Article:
Mars is one seriously cold rock, so where better in the world to test a new spacesuit design then the permafrost of Antarctica? NASA researchers recently took the NDX-1 spacesuit prototype, designed at the University of North Dakota by Argentine aerospace engineer Pablo de Leon, for an Antarctic test drive where the suit was exposed to 47 mile per hour winds and frigid polar temperatures.
The Japanese probe Hayabusa’s first peaceful journey to an asteroid was so successful in returning samples of the asteroid Itokowa to Earth that JAXA, the Japanese space agency, is planning a second Hayabusa mission. But Hayabusa 2 won’t come in peace. The second asteroid probe will pack an impactor that detonates an explosive on the asteroid’s surface.
We are all made of stars, and that’s not just a Moby-ism. The stuff of the cosmos is also the stuff of life, so it’s interesting to look at ourselves and then at an image like the one above--a violent star birthing region filled with swirling, super-heated gas and dust--and ponder what possible futures might be spawning there. This newly released image from the ESO’s Very Large Telescope shows in detail the effect that newly minted stars have on the very gas and dust from which they are formed.
Earth won’t always be fit for occupation. We know that in two billion years or so, an expanding sun will boil away our oceans, leaving our home in the universe uninhabitable—unless, that is, we haven’t already been wiped out by the Andromeda galaxy, which is on a multibillion-year collision course with our Milky Way. Moreover, at least a third of the thousand mile-wide asteroids that hurtle across our orbital path will eventually crash into us, at a rate of about one every 300,000 years.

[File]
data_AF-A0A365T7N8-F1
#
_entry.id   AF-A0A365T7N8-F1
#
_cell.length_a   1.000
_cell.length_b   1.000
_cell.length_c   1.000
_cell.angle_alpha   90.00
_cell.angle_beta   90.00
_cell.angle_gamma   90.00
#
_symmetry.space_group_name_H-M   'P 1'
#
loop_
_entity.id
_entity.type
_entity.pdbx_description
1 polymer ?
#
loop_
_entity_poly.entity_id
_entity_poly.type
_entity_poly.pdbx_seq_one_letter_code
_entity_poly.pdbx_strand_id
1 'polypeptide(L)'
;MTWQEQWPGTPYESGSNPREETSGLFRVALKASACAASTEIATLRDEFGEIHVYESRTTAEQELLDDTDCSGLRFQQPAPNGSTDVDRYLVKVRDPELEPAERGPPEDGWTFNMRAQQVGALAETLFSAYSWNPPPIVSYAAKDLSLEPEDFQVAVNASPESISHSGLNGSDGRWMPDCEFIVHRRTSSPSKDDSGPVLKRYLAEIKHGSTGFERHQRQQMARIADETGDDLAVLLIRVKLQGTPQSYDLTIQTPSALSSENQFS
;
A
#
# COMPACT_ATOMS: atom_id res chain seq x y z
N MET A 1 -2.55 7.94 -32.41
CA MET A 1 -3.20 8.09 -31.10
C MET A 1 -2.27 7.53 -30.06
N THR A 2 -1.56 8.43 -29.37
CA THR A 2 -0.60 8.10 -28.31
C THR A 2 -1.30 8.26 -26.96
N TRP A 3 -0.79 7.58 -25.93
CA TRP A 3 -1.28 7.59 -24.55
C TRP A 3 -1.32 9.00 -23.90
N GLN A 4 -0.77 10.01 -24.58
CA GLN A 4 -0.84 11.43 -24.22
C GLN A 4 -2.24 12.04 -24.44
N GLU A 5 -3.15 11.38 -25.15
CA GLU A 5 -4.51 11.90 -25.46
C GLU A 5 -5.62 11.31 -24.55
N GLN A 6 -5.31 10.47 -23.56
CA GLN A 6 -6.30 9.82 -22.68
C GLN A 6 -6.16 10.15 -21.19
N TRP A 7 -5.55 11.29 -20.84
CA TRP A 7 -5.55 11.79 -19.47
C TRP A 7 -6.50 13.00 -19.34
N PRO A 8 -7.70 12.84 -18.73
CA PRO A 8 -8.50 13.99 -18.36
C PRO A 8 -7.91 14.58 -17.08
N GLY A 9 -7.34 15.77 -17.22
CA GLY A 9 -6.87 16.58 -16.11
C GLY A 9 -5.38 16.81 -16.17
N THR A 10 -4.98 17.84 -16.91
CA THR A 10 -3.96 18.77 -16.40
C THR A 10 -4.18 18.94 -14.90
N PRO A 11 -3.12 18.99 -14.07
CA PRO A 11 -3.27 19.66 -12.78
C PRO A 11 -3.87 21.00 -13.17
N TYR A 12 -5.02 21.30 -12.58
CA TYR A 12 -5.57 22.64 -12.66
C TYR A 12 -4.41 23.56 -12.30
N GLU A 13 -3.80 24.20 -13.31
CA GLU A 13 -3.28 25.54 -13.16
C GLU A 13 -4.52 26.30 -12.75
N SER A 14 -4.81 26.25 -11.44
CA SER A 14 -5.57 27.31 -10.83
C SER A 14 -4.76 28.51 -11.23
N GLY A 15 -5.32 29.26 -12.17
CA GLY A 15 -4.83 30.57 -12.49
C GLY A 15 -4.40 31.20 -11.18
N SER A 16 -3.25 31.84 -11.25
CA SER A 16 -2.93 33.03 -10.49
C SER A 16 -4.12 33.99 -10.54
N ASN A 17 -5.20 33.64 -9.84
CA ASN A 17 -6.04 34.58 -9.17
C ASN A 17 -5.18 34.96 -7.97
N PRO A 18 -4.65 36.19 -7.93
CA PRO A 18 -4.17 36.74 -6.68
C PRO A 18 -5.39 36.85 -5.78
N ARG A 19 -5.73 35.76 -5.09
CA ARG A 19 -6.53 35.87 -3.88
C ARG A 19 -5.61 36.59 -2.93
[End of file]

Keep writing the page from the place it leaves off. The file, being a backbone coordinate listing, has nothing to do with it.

After being stuck on Earth for months longer than expected, robot astronaut Robonaut is right at this minute being released from his crate, on board the International Space Station.
"The lids off!" he excitedly Tweets.
The Russians are teaching the Americans an important lesson in capitalism: where there’s high demand for a scarce commodity, costs will rise. NASA and its Russian counterpart inked a new $753 million modification to its current International Space Station transportation deal Monday, securing seats on the Russian Soyuz spacecraft from 2014 to 2016 at a price of almost $63 million per seat. The old contract, which runs until 2014, reserves seats on the Soyuz for just $56 million.
NASA’s Astronomy Picture of the Day usually serves up a stunning daily image of the cosmos, but today’s image is particularly spectacular because it’s not a single image at all, but rather a stream of Cassini images stitched into a sweeping video of a journey through Saturn’s neighborhood. The resulting video creates a Cassini’s-eye-view sensation, mimicking what it might feel like to fly a spacecraft around Saturn and its satellites.
On March 19th, the moon will be closer to Earth than it's been since 1992. The full moon that night will appear about 14 percent larger and significantly brighter than usual, but despite the brightness, the supermoon has a dark side. Supermoons have been linked to massive natural disasters in the past, from earthquakes to floods--but that connection is typically touted by astrologists. Astronomers and scientists, with typical drollness, say a catastrophe is unlikely.
With NASA’s space shuttle program in full wind-down, it seems like there are a lot of “lasts” in America’s storied, three-decade Space Transportation System. Space shuttle Discovery successfully touched down at Kennedy Space Center in Florida just before noon today, marking the end of STS-133 and Discovery’s final mission, the 39th and last flight for the busiest spacecraft in NASA’s shuttle fleet.
Like brunch plans dashed when it turns out someone in the party has lost his wallet, the ESA’s and NASA’s best laid plans to take a trip to Mars together in 2018 could be ruined. A joint Mars exploration mission planned by both space agencies could be put on hold or even scrapped altogether because America can’t afford to pay its share of the tab.